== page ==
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Article
Publication date: 2 May 2017

Jennifer R. McConville, Sebastien Rauch, Ida Helgegren and Jaan-Henrik Kain

In today’s complex society, there is an increasing demand to include a wider set of skills in engineering curricula, especially skills related to policy, society and…

Abstract

Purpose

In today’s complex society, there is an increasing demand to include a wider set of skills in engineering curricula, especially skills related to policy, society and sustainable development. Role-playing and gaming are active learning tools, which are useful for learning relationships between technology and society, problem solving in complex situations and communication. However, use of these learning methods in higher education, and in engineering particularly, is limited. The purpose of this study was to test the effectiveness of a role-playing game for learning about complexities related to sustainable water and sanitation management within a civil engineering curriculum.

Design/methodology/approach

The game has been used during three consecutive years in a Masters’ level course. Surveys and course evaluations were used to evaluate the effectiveness of this method from both teacher and student perspectives.

Findings

The results show that students gained knowledge on complex subjects, and both teachers and students had positive experiences. Better integration of the game within the rest of the course could strengthen its effectiveness.

Originality/value

The experiences gained from this study should assist others in the development and use of such active learning techniques in higher education.

Details

International Journal of Sustainability in Higher Education, vol. 18 no. 4
Type: Research Article
ISSN: 1467-6370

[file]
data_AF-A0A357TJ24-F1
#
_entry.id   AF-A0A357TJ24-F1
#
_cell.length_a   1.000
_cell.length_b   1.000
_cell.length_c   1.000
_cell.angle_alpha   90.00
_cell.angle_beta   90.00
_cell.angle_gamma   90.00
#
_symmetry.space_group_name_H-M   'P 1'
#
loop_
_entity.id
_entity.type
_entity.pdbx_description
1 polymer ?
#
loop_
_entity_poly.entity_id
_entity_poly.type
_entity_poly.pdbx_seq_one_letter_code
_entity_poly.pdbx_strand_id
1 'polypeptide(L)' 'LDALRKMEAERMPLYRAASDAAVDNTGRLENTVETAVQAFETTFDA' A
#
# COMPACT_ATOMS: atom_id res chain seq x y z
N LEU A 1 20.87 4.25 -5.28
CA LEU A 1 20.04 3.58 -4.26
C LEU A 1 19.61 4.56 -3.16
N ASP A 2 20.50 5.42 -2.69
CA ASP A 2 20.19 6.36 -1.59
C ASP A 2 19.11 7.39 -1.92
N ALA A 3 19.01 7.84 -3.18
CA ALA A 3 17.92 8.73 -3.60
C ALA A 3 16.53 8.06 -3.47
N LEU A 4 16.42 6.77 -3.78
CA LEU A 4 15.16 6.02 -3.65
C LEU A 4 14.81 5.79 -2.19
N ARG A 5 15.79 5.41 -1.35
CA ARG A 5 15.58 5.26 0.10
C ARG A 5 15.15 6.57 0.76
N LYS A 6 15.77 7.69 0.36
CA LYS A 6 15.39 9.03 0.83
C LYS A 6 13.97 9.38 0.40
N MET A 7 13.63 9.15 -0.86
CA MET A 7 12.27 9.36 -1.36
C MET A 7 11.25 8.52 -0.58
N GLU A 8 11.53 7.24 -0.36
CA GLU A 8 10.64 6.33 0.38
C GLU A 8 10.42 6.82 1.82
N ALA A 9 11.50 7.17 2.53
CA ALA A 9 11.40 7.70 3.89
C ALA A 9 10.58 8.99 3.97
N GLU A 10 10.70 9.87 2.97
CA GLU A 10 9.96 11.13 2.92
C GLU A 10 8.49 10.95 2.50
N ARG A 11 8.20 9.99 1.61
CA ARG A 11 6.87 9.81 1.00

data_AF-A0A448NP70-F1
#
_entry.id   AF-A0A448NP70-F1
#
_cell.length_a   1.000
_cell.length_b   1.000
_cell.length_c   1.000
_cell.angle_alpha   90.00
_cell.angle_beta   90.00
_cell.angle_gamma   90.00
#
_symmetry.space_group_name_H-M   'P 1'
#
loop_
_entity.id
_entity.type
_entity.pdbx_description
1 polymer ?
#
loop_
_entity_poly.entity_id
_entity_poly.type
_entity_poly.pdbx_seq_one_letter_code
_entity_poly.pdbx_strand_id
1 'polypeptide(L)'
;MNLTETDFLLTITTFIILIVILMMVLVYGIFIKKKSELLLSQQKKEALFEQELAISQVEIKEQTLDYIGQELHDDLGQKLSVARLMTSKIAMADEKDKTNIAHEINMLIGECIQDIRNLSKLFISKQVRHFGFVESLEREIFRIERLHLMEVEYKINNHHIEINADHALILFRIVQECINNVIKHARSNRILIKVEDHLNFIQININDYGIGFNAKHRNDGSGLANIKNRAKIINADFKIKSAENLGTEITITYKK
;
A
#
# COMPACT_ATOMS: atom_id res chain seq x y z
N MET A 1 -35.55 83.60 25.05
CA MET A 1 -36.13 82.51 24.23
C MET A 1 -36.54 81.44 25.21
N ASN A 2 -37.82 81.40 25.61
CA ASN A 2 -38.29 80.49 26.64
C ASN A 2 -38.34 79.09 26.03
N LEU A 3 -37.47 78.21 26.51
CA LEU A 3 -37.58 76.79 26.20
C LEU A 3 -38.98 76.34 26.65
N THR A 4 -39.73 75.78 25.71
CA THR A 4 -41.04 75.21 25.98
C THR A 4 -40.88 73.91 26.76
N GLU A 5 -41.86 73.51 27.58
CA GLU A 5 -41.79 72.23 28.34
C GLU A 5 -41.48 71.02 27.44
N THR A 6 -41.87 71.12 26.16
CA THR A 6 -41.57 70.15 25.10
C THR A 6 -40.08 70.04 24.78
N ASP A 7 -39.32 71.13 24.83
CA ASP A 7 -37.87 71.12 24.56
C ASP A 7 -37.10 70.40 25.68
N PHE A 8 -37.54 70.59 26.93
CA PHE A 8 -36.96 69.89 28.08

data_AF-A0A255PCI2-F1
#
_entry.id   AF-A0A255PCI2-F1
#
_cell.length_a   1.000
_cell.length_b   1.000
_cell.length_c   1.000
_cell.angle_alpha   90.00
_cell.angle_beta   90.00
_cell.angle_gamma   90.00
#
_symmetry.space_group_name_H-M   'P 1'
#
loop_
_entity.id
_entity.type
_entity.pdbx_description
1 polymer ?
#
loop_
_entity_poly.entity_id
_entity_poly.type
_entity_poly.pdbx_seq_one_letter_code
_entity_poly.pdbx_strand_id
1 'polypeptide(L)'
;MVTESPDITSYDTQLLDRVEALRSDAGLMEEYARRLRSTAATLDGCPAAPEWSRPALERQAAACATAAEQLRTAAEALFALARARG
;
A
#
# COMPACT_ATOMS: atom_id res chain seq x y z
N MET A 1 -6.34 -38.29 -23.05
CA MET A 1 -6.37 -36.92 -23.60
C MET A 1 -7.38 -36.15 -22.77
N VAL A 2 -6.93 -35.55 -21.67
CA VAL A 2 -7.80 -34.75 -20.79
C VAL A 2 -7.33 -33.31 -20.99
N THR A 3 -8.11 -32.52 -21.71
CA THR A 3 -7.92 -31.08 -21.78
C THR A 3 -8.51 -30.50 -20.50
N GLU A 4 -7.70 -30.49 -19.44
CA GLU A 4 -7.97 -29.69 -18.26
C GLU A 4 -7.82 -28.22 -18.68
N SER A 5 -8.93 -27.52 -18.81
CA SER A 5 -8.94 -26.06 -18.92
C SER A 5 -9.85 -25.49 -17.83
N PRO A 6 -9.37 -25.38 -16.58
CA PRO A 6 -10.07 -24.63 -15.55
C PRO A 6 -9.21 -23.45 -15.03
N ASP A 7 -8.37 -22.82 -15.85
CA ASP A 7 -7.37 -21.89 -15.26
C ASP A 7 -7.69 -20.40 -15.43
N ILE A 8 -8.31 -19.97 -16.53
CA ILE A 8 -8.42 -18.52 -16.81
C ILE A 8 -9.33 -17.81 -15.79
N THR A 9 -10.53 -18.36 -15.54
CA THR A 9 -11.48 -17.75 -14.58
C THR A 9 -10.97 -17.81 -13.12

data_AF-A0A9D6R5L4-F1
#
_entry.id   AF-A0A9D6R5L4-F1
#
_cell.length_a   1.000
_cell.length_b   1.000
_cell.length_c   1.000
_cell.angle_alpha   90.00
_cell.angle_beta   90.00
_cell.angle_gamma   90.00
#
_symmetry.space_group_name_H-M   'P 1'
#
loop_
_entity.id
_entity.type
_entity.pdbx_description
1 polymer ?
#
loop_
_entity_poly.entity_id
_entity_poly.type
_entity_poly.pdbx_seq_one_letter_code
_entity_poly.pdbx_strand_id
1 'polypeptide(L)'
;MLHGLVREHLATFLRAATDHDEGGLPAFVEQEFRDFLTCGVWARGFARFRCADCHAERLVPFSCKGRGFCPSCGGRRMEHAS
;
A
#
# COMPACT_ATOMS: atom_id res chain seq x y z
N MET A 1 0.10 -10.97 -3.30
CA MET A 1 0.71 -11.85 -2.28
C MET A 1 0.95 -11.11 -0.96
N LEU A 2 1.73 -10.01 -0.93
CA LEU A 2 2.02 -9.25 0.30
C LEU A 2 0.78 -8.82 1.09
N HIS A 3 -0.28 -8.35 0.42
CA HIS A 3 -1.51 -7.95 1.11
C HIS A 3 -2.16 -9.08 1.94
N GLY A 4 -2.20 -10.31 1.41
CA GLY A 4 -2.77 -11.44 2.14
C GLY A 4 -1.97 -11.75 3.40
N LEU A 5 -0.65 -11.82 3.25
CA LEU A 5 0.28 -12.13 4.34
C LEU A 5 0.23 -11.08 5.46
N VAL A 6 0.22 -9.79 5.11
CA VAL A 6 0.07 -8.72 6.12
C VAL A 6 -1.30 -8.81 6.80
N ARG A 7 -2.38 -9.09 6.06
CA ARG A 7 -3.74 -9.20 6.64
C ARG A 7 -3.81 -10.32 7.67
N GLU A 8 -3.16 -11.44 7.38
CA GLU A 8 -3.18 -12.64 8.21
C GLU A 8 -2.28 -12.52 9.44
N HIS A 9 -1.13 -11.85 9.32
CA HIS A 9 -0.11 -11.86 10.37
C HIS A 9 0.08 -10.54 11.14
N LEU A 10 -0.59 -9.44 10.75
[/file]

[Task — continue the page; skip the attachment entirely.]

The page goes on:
Keywords

Open Access
Article
Publication date: 2 August 2022

Lucia Walsh and Thomas Cooney

All entrepreneurs face challenges during their venture start-up process, but immigrant entrepreneurs face additional and distinctive challenges due to their contextual…

Abstract

Purpose

All entrepreneurs face challenges during their venture start-up process, but immigrant entrepreneurs face additional and distinctive challenges due to their contextual newness. This paper focuses on understanding the intertwined journeys of nascent entrepreneurship and cross-cultural adaptation of immigrants in a small Western European country where immigrant entrepreneurship is still a relatively new phenomenon.

Design/methodology/approach

The induction-driven, 18-month longitudinal empirical inquiry focused on six early-stage nascent entrepreneurs. Qualitative methods included participant observation during an enterprise program, qualitative interviews and ongoing informal communication.

Findings

The data uncovered the interplay between the nascent immigrant entrepreneurship and cross-cultural adaptation. This led to the development of a novel conceptual framework which highlights how the cross-cultural adaptation domain links with the process of recognition, evaluation and exploitation of entrepreneurial opportunities by immigrant entrepreneurs. While varying temporarily and contextually, cross-cultural adaptation was found to create both enabling and constraining tensions within the nascent entrepreneurial experiences of immigrants.

Research limitations/implications

It is recognized that undertaking just six cases may present a significant limitation of the research, but a close examination of even one individual's lived experience can yield valuable insights. It is hoped that future work will test the highlighted research propositions and other findings in different empirical contexts, and so add to the emerging conceptual framework on nascent immigrant entrepreneurship within the context of cross-cultural adaptation.

Originality/value

No previous qualitative studies have been undertaken seeking to understand how cross-cultural adaptation interacts with the early stages of nascent immigrant entrepreneurial activity. By integrating new venture creation and cross-cultural adaptation theories, this research contributes to the conceptualisation of early stages of nascent entrepreneurial activities of immigrants in a new host environment. The implications of the research are also relevant to enterprise support bodies, policymakers and practitioners who support immigrant entrepreneurship.

Details

Journal of Small Business and Enterprise Development, vol. ahead-of-print no. ahead-of-print
Type: Research Article
ISSN: 1462-6004

Keywords

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